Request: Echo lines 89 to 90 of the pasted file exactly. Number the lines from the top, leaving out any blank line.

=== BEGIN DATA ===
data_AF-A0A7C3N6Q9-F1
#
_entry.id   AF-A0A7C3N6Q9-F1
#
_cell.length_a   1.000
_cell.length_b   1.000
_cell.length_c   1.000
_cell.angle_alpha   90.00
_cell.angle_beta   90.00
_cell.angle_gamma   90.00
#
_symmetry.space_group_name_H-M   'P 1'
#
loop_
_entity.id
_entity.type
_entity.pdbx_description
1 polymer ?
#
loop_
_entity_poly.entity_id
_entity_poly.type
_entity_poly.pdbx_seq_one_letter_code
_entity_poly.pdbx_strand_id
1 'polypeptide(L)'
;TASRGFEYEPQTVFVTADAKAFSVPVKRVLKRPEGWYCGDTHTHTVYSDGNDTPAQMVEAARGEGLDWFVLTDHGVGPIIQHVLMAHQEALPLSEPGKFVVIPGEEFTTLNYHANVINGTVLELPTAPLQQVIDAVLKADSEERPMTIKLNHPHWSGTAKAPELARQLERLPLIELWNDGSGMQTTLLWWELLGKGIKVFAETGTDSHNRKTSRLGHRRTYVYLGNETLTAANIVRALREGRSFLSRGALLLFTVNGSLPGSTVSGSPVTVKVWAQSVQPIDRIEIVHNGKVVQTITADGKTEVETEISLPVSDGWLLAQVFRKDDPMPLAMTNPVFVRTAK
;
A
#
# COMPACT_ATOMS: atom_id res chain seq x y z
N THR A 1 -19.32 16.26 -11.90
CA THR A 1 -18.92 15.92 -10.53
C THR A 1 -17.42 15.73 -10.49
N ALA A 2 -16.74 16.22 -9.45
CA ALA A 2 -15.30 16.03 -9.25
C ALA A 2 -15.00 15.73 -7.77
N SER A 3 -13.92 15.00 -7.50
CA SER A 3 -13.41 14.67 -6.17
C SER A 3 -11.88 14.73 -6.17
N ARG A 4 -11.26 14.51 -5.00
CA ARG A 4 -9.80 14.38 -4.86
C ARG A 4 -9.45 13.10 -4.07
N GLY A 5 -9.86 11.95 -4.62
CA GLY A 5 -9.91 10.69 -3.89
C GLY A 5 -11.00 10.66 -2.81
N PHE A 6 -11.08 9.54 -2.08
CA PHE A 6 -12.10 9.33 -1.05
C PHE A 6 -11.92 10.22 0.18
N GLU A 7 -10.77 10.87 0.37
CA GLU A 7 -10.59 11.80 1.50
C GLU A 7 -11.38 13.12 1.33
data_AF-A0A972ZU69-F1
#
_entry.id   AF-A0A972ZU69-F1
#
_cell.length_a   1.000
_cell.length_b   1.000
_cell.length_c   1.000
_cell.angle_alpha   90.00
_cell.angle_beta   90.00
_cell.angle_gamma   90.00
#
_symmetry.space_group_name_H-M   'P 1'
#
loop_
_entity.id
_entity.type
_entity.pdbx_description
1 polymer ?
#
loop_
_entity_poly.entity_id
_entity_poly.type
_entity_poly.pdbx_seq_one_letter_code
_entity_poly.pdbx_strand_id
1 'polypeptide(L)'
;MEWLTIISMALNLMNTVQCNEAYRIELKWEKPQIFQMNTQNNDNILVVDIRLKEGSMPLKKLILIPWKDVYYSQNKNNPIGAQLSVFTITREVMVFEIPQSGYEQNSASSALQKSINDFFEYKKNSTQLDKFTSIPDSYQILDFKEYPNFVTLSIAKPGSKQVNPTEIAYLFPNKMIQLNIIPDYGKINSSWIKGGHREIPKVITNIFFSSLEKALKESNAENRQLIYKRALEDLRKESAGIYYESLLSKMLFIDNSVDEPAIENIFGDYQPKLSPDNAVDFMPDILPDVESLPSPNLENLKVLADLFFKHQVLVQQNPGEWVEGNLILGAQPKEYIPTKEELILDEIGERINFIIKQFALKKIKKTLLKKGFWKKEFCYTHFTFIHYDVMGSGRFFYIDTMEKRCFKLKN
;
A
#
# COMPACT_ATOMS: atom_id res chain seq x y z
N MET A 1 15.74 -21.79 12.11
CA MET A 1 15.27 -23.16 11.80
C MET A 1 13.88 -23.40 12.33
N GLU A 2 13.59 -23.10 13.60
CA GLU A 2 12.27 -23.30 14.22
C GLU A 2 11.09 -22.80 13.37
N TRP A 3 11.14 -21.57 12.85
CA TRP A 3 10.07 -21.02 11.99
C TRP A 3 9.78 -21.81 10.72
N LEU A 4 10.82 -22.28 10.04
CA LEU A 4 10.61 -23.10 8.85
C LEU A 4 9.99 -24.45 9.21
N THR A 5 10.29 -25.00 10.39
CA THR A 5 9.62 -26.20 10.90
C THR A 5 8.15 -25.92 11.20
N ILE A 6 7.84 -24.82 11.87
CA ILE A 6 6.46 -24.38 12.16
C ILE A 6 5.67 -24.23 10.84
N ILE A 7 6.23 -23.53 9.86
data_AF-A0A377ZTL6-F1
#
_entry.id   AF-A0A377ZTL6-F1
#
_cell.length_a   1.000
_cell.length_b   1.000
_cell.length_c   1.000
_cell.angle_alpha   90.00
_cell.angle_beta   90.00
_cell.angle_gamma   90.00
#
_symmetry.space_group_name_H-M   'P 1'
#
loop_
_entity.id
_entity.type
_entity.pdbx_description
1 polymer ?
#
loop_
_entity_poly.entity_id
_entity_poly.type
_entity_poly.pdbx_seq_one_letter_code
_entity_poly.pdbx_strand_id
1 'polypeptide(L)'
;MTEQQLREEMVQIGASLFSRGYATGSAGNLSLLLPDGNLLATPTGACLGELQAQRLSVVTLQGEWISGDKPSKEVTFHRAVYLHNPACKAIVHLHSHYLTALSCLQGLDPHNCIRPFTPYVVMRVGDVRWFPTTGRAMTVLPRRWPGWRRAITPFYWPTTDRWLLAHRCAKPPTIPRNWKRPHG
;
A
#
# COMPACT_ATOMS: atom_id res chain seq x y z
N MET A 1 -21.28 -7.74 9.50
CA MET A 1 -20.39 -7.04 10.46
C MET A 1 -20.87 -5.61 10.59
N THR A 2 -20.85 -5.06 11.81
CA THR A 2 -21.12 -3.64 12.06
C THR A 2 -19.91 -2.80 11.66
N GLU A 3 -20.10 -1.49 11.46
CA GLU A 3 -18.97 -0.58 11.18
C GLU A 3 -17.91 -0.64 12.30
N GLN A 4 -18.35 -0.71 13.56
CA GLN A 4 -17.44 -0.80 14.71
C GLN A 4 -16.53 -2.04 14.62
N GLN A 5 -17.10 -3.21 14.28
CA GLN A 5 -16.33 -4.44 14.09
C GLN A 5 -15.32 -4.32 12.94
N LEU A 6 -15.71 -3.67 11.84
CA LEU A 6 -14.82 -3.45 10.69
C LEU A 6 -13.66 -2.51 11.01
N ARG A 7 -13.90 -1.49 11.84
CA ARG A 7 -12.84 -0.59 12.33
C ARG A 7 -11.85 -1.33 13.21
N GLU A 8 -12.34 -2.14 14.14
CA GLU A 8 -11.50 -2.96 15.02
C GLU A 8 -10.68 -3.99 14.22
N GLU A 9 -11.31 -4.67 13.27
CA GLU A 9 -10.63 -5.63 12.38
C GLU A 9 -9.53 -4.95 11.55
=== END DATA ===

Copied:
CA TRP A 3 10.07 -21.02 11.99
C TRP A 3 9.78 -21.81 10.72